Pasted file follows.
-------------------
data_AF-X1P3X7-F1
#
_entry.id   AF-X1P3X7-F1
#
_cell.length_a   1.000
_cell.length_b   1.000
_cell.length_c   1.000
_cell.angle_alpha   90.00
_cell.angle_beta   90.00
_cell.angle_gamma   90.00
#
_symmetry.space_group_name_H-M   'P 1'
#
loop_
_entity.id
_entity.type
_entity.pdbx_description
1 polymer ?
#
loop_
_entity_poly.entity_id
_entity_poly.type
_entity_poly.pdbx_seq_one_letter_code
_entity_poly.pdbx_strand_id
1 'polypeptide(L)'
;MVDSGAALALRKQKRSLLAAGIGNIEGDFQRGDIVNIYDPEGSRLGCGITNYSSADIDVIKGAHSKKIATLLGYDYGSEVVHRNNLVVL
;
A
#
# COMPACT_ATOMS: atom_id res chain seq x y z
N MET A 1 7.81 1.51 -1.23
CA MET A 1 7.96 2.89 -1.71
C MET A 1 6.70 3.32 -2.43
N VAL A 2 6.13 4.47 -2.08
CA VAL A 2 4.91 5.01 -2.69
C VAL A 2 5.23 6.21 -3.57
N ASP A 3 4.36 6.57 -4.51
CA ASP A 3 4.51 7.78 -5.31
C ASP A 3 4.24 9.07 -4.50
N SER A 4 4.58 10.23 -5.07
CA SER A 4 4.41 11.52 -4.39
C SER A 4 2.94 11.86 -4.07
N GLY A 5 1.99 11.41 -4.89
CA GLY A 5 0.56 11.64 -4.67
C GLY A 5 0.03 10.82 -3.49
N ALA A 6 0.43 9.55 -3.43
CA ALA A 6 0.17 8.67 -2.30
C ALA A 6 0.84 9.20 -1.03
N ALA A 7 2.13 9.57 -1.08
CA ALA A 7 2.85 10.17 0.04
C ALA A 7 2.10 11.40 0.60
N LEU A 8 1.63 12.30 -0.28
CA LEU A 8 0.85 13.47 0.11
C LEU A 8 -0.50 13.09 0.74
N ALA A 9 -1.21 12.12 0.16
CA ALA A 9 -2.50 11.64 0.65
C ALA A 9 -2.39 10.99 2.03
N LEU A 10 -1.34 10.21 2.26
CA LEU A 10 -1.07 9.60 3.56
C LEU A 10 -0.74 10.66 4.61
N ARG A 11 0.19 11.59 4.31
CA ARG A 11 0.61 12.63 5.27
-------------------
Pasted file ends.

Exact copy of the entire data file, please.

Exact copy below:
data_AF-X1P3X7-F1
#
_entry.id   AF-X1P3X7-F1
#
_cell.length_a   1.000
_cell.length_b   1.000
_cell.length_c   1.000
_cell.angle_alpha   90.00
_cell.angle_beta   90.00
_cell.angle_gamma   90.00
#
_symmetry.space_group_name_H-M   'P 1'
#
loop_
_entity.id
_entity.type
_entity.pdbx_description
1 polymer ?
#
loop_
_entity_poly.entity_id
_entity_poly.type
_entity_poly.pdbx_seq_one_letter_code
_entity_poly.pdbx_strand_id
1 'polypeptide(L)'
;MVDSGAALALRKQKRSLLAAGIGNIEGDFQRGDIVNIYDPEGSRLGCGITNYSSADIDVIKGAHSKKIATLLGYDYGSEVVHRNNLVVL
;
A
#
# COMPACT_ATOMS: atom_id res chain seq x y z
N MET A 1 7.81 1.51 -1.23
CA MET A 1 7.96 2.89 -1.71
C MET A 1 6.70 3.32 -2.43
N VAL A 2 6.13 4.47 -2.08
CA VAL A 2 4.91 5.01 -2.69
C VAL A 2 5.23 6.21 -3.57
N ASP A 3 4.36 6.57 -4.51
CA ASP A 3 4.51 7.78 -5.31
C ASP A 3 4.24 9.07 -4.50
N SER A 4 4.58 10.23 -5.07
CA SER A 4 4.41 11.52 -4.39
C SER A 4 2.94 11.86 -4.07
N GLY A 5 1.99 11.41 -4.89
CA GLY A 5 0.56 11.64 -4.67
C GLY A 5 0.03 10.82 -3.49
N ALA A 6 0.43 9.55 -3.43
CA ALA A 6 0.17 8.67 -2.30
C ALA A 6 0.84 9.20 -1.03
N ALA A 7 2.13 9.57 -1.08
CA ALA A 7 2.85 10.17 0.04
C ALA A 7 2.10 11.40 0.60
N LEU A 8 1.63 12.30 -0.28
CA LEU A 8 0.85 13.47 0.11
C LEU A 8 -0.50 13.09 0.74
N ALA A 9 -1.21 12.12 0.16
CA ALA A 9 -2.50 11.64 0.65
C ALA A 9 -2.39 10.99 2.03
N LEU A 10 -1.34 10.21 2.26
CA LEU A 10 -1.07 9.60 3.56
C LEU A 10 -0.74 10.66 4.61
N ARG A 11 0.19 11.59 4.31
CA ARG A 11 0.61 12.63 5.27